The Inn at Craig Place (also known as the Hildebrand House) is third oldest home in Monte Vista, established long before the neighborhood was so named. Parts of the present-day historic district were then known as Laurel Heights. "Monte Vista" was the winning entry in a 1920 name-the-subdivision contest that has since been extended to cover the historic district north of downtown.
Built in 1891, Henry Elbert (H.E.) Hildebrand's house was the first on West Craig Place. Designed by the firm of Giles and Guindon, it originally was a two-story framed dwelling. "Evidence suggests a later addition in the rear," said Donald E. Everett in "Monte Vista: The Guilded Age of an Historic District." In fact, that is true. A former resident of the home, May Eskridge Kearny, told us upon her visit to the inn, that her parents put on the addition in the back (now the Happily Ever After room) in 1920, especially for her.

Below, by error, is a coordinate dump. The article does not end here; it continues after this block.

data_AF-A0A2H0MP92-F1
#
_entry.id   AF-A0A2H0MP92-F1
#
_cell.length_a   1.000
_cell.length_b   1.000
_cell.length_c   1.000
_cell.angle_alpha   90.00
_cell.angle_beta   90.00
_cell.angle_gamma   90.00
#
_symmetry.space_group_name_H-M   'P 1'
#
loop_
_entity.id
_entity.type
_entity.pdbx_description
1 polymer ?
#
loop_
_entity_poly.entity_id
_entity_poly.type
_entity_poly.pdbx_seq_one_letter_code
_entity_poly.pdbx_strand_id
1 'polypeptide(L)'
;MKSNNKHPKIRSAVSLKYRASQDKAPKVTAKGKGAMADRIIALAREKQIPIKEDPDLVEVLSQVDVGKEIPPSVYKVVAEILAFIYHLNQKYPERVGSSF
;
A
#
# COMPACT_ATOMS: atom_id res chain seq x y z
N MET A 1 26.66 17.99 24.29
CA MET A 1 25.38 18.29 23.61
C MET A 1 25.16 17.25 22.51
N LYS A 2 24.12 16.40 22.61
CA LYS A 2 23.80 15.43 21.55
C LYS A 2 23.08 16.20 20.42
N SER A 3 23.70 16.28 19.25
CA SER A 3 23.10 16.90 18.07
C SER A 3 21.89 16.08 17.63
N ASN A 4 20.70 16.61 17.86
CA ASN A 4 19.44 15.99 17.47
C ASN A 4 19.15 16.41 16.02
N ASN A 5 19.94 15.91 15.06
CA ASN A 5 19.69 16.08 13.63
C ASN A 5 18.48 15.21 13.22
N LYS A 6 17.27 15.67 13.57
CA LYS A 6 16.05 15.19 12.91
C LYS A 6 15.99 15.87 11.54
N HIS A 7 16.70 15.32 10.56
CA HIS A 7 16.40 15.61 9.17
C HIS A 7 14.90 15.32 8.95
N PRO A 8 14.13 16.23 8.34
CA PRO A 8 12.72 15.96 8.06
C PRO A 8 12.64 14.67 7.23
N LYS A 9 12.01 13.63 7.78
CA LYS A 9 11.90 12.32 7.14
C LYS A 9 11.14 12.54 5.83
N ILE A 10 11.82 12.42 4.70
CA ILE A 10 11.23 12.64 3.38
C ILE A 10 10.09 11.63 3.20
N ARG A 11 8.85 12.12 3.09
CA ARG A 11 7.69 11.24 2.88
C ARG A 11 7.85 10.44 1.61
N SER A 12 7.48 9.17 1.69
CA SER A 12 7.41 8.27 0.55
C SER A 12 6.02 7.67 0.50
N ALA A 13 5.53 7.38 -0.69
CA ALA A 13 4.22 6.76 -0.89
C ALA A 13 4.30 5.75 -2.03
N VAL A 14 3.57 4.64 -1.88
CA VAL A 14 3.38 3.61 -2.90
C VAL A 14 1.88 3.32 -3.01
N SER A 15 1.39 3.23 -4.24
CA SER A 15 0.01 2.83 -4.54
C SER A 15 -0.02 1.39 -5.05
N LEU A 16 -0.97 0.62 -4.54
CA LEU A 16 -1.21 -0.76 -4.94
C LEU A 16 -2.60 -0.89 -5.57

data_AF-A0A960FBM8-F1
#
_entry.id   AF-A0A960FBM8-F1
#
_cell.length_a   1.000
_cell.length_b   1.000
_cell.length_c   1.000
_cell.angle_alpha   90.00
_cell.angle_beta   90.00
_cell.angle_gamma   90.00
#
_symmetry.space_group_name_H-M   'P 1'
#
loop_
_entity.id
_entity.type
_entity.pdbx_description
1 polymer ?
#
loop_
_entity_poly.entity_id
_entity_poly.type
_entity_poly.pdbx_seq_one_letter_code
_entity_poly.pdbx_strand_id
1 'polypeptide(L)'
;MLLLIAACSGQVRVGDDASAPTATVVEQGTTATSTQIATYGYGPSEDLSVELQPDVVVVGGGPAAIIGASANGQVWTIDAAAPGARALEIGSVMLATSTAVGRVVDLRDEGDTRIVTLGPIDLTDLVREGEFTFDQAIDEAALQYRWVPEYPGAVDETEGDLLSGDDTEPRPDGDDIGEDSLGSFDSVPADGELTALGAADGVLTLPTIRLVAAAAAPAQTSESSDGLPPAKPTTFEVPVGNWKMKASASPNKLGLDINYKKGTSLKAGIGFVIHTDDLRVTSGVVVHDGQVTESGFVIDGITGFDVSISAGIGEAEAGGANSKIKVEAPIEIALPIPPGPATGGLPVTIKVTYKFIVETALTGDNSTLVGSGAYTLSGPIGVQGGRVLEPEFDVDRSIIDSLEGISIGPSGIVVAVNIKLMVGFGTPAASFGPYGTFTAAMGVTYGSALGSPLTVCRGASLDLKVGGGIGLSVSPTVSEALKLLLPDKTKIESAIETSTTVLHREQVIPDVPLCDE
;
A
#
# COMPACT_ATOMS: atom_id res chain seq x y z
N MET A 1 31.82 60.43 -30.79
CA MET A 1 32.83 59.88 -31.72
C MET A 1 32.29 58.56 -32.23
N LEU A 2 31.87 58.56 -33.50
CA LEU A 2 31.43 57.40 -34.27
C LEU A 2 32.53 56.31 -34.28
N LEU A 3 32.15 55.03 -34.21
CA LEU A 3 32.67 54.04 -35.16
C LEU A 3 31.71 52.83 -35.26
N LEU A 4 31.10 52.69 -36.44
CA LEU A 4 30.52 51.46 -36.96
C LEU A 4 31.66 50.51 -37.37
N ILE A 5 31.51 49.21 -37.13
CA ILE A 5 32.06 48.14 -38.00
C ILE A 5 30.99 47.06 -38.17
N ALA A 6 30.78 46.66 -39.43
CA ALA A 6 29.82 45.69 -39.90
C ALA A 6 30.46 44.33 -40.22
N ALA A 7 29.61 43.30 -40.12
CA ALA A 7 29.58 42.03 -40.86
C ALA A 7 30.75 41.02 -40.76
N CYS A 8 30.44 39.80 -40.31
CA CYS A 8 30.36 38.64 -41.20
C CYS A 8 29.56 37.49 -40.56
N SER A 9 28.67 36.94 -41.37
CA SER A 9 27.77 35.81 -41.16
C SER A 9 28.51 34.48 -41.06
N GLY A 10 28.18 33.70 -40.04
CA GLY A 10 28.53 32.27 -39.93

At that time the house sat alone on the block, but as soon as three years later the land was partitioned off to other buyers. Hildebrand, a City Father and businessman who was president of the Men's Club, the Battle of the Flowers Commission, and chairman of the Bexar County Democratic party, was responsible for the Southern Pacific railroad coming to San Antonio. At the turn of the century, he built another, larger home a block away. In 1902 the inn was sold to Colonel Jot Gunter, the builder of the famous hotel downtown, who lived here five years.
Somewhere during this time, the mural was painted in the dining room, which is attributed to Julian Onderdonk, a well-known Texas artist whose home and studio were only a block away on French Place.
The home changed hands a few times in the early 1900s until it was purchased by J. Marshall Eskridge, and he and his family owned the home for forty years.